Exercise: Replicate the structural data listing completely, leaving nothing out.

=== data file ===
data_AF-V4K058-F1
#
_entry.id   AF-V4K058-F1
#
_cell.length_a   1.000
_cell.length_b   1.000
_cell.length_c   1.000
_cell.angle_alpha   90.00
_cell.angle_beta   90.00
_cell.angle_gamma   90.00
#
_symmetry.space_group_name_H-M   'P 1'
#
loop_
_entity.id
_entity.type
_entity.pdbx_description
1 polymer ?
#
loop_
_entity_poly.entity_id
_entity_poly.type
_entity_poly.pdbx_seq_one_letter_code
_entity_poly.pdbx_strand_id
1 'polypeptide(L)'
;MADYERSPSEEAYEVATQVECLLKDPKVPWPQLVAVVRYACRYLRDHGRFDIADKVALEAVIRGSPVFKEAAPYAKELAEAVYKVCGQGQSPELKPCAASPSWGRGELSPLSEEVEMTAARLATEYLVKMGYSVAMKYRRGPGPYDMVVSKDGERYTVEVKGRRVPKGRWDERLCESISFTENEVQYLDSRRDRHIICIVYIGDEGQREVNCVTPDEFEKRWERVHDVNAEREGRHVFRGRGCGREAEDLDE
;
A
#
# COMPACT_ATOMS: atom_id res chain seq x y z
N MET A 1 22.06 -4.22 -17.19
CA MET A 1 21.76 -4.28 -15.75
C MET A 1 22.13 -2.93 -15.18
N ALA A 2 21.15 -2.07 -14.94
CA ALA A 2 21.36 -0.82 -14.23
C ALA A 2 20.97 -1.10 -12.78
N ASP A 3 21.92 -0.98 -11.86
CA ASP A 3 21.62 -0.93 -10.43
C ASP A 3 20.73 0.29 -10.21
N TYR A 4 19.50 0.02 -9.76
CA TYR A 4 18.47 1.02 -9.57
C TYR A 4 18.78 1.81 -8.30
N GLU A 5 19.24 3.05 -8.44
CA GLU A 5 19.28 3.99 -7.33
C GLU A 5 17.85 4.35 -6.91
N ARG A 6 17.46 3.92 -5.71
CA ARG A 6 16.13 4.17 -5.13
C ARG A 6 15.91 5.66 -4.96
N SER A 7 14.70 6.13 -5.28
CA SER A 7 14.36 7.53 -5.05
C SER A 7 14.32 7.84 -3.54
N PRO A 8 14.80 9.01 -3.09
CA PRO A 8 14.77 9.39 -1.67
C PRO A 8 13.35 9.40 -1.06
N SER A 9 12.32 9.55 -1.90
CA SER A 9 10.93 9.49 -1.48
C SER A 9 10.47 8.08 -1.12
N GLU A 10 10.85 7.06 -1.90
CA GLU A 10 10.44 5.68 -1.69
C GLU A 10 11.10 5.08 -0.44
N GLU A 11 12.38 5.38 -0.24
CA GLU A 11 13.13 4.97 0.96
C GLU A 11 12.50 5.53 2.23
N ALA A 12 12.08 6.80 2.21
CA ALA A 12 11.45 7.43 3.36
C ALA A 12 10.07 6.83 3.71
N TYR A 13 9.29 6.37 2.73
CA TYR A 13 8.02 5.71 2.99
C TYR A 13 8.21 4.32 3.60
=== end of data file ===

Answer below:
data_AF-V4K058-F1
#
_entry.id   AF-V4K058-F1
#
_cell.length_a   1.000
_cell.length_b   1.000
_cell.length_c   1.000
_cell.angle_alpha   90.00
_cell.angle_beta   90.00
_cell.angle_gamma   90.00
#
_symmetry.space_group_name_H-M   'P 1'
#
loop_
_entity.id
_entity.type
_entity.pdbx_description
1 polymer ?
#
loop_
_entity_poly.entity_id
_entity_poly.type
_entity_poly.pdbx_seq_one_letter_code
_entity_poly.pdbx_strand_id
1 'polypeptide(L)'
;MADYERSPSEEAYEVATQVECLLKDPKVPWPQLVAVVRYACRYLRDHGRFDIADKVALEAVIRGSPVFKEAAPYAKELAEAVYKVCGQGQSPELKPCAASPSWGRGELSPLSEEVEMTAARLATEYLVKMGYSVAMKYRRGPGPYDMVVSKDGERYTVEVKGRRVPKGRWDERLCESISFTENEVQYLDSRRDRHIICIVYIGDEGQREVNCVTPDEFEKRWERVHDVNAEREGRHVFRGRGCGREAEDLDE
;
A
#
# COMPACT_ATOMS: atom_id res chain seq x y z
N MET A 1 22.06 -4.22 -17.19
CA MET A 1 21.76 -4.28 -15.75
C MET A 1 22.13 -2.93 -15.18
N ALA A 2 21.15 -2.07 -14.94
CA ALA A 2 21.36 -0.82 -14.23
C ALA A 2 20.97 -1.10 -12.78
N ASP A 3 21.92 -0.98 -11.86
CA ASP A 3 21.62 -0.93 -10.43
C ASP A 3 20.73 0.29 -10.21
N TYR A 4 19.50 0.02 -9.76
CA TYR A 4 18.47 1.02 -9.57
C TYR A 4 18.78 1.81 -8.30
N GLU A 5 19.24 3.05 -8.44
CA GLU A 5 19.28 3.99 -7.33
C GLU A 5 17.85 4.35 -6.91
N ARG A 6 17.46 3.92 -5.71
CA ARG A 6 16.13 4.17 -5.13
C ARG A 6 15.91 5.66 -4.96
N SER A 7 14.70 6.13 -5.28
CA SER A 7 14.36 7.53 -5.05
C SER A 7 14.32 7.84 -3.54
N PRO A 8 14.80 9.01 -3.09
CA PRO A 8 14.77 9.39 -1.67
C PRO A 8 13.35 9.40 -1.06
N SER A 9 12.32 9.55 -1.90
CA SER A 9 10.93 9.49 -1.48
C SER A 9 10.47 8.08 -1.12
N GLU A 10 10.85 7.06 -1.90
CA GLU A 10 10.44 5.68 -1.69
C GLU A 10 11.10 5.08 -0.44
N GLU A 11 12.38 5.38 -0.24
CA GLU A 11 13.13 4.97 0.96
C GLU A 11 12.50 5.53 2.23
N ALA A 12 12.08 6.80 2.21
CA ALA A 12 11.45 7.43 3.36
C ALA A 12 10.07 6.83 3.71
N TYR A 13 9.29 6.37 2.73
CA TYR A 13 8.02 5.71 2.99
C TYR A 13 8.21 4.32 3.60